Learn How to Save Money With a Prescription Discount Program

Erin Bonin, 40, was going through the already difficult process of IVF when she discovered that her health insurance did not cover one of the medications she required.


Her pharmacy in South Bend, Indiana, charged $733.99 for a one-month drug supply, and she needed to take it for three months. A nurse advised she go into GoodRx, a prescription savings and cost-comparison app, to see if she might get a better deal.

She got a deal there. “I could purchase the same drug for $30.10 through GoodRx from a drugstore about 20 minutes from my house,” Bonin explains. “I was astonished, but it just goes to show that if you’re willing to do a little research, you can find a good price.”

To find lower-cost prescriptions, millions of consumers have utilized GoodRx and related services, such as Optum Perks, SingleCare, and Walgreens’ Prescription Savings Club. According to Ken Malley, senior vice president of Optum, which administers Optum Perks, these programs’ price comparisons and coupons can save consumers up to 80%.

According to Varun Vaidya, an associate professor at the University of Toledo’s College of Pharmacy and Pharmaceutical Sciences in Ohio, most consumers have no idea how much their prescription prescriptions cost. Although medicine may cost pennies to produce, independent and chain pharmacies may pay or be reimbursed for varying sums for the same drug. “It’s a free-market system, just like any other product.” “You could walk from store to store and find the same medicine for anywhere between $2 and $200,” he says.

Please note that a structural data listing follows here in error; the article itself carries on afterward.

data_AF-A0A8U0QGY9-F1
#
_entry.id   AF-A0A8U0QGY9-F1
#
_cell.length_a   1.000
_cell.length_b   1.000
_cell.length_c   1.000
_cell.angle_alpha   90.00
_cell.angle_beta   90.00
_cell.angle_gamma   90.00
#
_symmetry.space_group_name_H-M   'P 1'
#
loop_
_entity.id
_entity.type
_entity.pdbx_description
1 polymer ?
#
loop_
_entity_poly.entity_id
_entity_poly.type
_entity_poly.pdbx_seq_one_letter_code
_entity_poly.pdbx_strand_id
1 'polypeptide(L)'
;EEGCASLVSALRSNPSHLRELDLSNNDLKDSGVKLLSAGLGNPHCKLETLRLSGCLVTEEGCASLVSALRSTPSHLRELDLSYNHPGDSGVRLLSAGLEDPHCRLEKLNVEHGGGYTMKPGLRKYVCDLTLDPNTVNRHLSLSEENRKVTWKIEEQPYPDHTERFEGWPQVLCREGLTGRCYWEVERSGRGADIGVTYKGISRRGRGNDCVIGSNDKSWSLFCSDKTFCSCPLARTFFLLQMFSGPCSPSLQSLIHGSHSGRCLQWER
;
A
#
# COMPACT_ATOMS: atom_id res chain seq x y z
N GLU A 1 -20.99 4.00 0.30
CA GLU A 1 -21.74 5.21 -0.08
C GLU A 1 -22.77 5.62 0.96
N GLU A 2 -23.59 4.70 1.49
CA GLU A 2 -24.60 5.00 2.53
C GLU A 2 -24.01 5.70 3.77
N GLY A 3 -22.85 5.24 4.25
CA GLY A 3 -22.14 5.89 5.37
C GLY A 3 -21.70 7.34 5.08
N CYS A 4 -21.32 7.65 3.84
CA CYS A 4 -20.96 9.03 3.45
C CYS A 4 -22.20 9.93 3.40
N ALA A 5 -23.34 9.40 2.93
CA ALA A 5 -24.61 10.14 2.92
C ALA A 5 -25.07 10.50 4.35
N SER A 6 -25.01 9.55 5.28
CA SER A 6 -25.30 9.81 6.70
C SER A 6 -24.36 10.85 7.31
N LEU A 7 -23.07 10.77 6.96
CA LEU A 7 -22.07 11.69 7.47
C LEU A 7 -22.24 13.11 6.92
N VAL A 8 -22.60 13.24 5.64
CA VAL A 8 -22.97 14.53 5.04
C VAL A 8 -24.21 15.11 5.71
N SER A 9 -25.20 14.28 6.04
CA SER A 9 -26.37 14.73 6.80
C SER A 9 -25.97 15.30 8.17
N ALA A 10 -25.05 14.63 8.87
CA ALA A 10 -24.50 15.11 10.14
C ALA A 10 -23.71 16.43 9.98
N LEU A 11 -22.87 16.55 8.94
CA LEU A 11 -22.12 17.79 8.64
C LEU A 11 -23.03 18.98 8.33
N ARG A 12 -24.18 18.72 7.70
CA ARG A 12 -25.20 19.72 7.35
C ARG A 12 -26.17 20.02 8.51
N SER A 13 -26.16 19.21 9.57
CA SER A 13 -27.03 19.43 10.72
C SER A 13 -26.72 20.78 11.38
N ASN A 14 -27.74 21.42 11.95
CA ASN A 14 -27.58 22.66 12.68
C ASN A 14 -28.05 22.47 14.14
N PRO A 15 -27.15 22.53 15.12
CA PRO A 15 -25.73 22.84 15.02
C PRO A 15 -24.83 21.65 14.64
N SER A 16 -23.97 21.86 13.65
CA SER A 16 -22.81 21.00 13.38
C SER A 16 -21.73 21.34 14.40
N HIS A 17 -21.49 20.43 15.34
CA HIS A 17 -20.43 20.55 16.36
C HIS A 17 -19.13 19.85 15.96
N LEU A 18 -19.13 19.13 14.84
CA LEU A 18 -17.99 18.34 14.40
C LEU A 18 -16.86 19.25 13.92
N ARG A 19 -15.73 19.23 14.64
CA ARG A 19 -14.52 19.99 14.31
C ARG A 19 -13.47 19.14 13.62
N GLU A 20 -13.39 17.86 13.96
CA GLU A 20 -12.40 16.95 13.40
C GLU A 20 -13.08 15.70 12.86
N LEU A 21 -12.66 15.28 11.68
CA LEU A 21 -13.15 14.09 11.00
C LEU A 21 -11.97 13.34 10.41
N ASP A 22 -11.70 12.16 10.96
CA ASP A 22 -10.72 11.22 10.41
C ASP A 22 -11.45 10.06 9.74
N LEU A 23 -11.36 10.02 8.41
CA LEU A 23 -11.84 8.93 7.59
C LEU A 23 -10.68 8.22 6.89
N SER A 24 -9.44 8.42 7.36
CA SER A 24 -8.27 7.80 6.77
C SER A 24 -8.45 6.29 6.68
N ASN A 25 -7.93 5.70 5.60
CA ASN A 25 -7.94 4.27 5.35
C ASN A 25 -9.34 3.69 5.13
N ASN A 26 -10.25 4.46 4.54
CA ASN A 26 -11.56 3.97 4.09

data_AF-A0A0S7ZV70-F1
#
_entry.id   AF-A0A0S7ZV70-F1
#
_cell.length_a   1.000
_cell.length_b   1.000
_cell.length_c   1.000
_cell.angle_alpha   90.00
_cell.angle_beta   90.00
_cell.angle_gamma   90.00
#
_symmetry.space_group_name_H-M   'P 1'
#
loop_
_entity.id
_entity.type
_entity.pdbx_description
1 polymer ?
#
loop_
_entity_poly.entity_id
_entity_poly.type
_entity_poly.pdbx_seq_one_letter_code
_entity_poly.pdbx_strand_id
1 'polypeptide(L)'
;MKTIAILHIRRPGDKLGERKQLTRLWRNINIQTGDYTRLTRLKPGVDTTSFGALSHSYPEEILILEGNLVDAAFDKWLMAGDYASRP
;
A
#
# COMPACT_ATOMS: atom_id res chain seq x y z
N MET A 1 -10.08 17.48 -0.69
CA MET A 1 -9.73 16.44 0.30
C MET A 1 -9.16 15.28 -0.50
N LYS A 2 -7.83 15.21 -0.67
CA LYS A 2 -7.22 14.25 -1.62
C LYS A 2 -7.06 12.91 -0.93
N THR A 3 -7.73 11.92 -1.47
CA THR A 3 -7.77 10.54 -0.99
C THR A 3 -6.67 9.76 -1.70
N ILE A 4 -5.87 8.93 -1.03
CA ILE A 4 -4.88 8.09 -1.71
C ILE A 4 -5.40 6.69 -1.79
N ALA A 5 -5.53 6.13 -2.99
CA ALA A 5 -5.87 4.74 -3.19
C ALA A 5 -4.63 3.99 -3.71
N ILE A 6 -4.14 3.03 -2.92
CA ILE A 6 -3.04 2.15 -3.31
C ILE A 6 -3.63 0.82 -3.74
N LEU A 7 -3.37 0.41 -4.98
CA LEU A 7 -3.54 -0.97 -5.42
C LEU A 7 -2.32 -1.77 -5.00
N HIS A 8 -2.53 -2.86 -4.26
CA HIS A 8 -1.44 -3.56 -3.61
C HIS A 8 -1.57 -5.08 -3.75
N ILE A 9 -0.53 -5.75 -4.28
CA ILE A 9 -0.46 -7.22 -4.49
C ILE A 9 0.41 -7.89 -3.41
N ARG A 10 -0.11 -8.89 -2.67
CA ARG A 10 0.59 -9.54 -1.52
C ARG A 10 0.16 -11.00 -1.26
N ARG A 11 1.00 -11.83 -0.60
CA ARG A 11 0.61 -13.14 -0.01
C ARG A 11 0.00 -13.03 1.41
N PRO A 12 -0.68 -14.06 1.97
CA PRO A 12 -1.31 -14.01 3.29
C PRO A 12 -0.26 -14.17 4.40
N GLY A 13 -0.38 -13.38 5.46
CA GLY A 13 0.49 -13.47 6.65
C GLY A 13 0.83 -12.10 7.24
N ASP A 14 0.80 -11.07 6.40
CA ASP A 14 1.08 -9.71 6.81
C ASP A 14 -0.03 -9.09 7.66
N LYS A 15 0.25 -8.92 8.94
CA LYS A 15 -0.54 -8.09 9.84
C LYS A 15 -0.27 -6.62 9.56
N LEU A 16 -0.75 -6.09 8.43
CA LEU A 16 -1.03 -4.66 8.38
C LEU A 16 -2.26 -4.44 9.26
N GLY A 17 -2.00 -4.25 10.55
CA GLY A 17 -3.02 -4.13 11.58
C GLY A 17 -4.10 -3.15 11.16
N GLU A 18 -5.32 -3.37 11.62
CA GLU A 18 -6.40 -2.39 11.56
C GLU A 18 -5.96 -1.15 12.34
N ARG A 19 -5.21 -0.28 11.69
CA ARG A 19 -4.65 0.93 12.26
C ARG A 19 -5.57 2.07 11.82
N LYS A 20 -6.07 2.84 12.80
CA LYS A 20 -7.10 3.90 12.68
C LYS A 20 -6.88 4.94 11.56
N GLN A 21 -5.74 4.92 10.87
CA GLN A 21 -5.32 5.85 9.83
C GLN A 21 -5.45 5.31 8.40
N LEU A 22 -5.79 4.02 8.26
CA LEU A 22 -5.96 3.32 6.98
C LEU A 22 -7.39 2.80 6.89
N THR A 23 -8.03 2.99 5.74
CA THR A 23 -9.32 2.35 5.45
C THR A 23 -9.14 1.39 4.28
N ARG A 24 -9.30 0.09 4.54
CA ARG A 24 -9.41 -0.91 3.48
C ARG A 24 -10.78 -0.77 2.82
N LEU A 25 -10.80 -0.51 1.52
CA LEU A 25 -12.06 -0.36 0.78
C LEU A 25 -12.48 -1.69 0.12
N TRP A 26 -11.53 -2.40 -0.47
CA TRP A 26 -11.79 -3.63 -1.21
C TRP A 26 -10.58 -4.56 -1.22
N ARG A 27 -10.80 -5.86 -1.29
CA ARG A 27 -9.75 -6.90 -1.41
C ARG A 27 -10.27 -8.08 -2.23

This is when a pharmacy drug savings program can come in handy. Like health insurance companies, these programs negotiate discounts with pharmacists and manufacturers.

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“I enjoy how these applications compare prices in real-time.” “Enter the drug name and instantly check costs at local pharmacies,” says Carlene Link, an Ohio clinical pharmacist. “They’ve evolved into a beneficial tool for customers dealing with rising prescription prices.”

There is, however, one significant limitation. These services claim not to “sell” or collect personal information about you, but that doesn’t mean they don’t share it with third parties. That’s why, after using a service, you’ll frequently encounter advertisements from medicine firms or for similar products. In fact, in response to a Consumer Reports inquiry, GoodRx provided its consumers with the option to opt-out of cookies and tracking, as well as to request the deletion of all individual user data.

“Discount cards aren’t insurance or HIPAA-compliant, and you might not want information about yourself, such as anxiety or depression, shared,” says Theresa Tolle, president-elect of the American Pharmacists Association and proprietor of Bay Street Pharmacy in Sebastian, Fla. “When you use an app or an online service, you essentially enter into a contract with that corporation, allowing them to sell or share your personal information.” So if it troubles you, think twice or figure out how to opt-out, even if it requires some work.”